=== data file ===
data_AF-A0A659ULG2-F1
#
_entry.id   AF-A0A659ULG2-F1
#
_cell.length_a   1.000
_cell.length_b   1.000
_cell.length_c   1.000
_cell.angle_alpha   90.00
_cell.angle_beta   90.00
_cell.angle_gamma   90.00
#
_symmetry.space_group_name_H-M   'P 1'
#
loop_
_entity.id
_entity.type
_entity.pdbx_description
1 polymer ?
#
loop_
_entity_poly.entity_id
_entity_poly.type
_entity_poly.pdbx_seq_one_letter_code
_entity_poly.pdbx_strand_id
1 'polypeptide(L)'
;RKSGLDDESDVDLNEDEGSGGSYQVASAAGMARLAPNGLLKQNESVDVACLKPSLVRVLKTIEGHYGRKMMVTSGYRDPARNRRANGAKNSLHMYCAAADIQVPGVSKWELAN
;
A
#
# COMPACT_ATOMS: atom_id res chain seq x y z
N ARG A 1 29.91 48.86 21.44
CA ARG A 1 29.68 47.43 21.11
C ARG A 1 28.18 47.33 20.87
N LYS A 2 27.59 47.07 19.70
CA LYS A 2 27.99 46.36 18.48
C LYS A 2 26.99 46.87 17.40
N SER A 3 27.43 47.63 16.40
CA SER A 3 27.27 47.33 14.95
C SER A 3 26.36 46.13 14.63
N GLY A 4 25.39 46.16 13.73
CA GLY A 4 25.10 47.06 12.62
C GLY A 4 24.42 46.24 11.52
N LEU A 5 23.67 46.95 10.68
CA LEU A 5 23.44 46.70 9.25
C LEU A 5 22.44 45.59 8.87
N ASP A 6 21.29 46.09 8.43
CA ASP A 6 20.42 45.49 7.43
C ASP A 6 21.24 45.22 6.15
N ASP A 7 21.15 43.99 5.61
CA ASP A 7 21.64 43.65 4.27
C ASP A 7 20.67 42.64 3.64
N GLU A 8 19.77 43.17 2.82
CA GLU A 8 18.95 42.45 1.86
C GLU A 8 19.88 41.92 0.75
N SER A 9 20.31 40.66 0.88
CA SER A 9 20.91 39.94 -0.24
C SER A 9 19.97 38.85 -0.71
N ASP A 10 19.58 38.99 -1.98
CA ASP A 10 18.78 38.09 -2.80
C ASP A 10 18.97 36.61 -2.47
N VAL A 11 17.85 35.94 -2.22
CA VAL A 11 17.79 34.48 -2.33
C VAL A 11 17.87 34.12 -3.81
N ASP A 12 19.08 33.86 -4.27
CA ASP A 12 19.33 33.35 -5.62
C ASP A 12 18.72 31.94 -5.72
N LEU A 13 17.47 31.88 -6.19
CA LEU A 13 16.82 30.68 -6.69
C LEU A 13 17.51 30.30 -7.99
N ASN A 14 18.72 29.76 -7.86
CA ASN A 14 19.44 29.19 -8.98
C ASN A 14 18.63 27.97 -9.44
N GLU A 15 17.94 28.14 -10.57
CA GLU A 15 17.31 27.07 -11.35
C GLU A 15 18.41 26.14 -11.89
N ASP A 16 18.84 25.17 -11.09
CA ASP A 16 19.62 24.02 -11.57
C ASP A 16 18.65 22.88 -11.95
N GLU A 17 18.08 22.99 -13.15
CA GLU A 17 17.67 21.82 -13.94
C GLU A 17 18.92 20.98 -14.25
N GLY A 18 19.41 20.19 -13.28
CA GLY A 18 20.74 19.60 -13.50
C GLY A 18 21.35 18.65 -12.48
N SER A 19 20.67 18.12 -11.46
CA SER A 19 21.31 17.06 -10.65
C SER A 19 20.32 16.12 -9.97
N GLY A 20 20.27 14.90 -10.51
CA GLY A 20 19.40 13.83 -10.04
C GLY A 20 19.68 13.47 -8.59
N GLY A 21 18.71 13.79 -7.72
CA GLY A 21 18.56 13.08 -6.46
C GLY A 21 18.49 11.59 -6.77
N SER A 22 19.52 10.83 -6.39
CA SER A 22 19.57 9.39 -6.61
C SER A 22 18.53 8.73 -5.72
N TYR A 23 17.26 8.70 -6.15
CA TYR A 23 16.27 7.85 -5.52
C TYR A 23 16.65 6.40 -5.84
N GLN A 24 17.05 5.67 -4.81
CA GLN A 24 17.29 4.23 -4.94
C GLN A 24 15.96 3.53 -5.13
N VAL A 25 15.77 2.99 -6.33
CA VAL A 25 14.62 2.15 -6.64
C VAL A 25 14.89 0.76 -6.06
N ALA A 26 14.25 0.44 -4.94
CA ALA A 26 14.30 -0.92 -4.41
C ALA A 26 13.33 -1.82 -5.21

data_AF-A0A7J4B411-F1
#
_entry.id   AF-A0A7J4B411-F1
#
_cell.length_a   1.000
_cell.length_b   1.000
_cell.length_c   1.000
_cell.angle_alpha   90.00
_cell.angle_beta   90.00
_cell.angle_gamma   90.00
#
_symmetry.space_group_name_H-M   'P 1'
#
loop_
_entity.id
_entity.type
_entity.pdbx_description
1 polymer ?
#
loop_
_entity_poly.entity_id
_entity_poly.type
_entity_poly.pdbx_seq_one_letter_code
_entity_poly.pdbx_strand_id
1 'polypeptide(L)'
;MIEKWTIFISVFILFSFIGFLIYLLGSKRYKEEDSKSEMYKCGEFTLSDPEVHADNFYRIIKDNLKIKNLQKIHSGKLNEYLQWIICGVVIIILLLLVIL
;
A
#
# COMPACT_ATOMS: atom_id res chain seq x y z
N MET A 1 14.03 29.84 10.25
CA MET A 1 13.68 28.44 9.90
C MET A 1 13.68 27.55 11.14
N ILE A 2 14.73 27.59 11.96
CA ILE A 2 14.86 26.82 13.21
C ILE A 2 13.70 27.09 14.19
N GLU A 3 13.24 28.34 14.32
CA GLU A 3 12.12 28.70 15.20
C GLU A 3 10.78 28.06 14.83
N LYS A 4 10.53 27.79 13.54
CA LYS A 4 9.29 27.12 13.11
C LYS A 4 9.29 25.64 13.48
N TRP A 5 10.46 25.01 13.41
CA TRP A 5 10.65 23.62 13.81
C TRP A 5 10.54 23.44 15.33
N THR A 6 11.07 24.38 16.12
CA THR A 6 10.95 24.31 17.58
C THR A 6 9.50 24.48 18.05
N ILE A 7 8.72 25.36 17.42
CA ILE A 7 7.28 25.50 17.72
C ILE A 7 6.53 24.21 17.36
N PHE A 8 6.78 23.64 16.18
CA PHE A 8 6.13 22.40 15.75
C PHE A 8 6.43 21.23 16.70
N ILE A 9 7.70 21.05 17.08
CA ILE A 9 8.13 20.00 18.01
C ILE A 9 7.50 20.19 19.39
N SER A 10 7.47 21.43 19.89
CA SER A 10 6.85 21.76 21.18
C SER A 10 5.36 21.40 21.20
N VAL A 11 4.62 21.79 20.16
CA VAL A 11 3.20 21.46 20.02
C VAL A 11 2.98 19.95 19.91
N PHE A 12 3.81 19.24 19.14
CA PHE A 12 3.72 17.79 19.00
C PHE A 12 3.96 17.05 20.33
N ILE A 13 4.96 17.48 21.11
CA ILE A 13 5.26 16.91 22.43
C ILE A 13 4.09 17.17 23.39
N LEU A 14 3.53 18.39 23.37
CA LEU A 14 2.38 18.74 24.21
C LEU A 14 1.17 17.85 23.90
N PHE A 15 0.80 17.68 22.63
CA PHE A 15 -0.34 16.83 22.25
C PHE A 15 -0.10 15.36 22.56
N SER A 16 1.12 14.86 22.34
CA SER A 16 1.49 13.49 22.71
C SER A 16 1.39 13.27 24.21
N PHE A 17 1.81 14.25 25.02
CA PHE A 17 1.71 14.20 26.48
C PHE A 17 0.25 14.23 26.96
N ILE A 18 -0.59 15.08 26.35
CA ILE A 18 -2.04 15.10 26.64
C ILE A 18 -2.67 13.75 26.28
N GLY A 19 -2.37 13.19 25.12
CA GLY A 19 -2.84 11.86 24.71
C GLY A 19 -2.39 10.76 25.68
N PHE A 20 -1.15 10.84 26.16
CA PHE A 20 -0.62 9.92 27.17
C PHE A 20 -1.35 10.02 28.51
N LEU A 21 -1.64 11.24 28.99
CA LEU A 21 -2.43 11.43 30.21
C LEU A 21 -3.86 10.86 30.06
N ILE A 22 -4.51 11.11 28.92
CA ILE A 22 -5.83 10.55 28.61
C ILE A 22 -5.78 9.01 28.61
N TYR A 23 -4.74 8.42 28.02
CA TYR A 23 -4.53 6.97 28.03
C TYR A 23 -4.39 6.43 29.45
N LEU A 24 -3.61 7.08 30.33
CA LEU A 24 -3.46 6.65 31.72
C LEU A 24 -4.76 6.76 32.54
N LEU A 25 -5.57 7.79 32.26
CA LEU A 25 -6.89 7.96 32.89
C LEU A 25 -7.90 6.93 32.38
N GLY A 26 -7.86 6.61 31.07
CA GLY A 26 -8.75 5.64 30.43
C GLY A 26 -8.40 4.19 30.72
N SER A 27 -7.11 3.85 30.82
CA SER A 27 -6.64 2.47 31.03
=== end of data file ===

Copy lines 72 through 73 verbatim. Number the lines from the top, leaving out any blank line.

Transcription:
C ASN A 14 18.63 27.97 -9.44
N GLU A 15 17.94 28.14 -10.57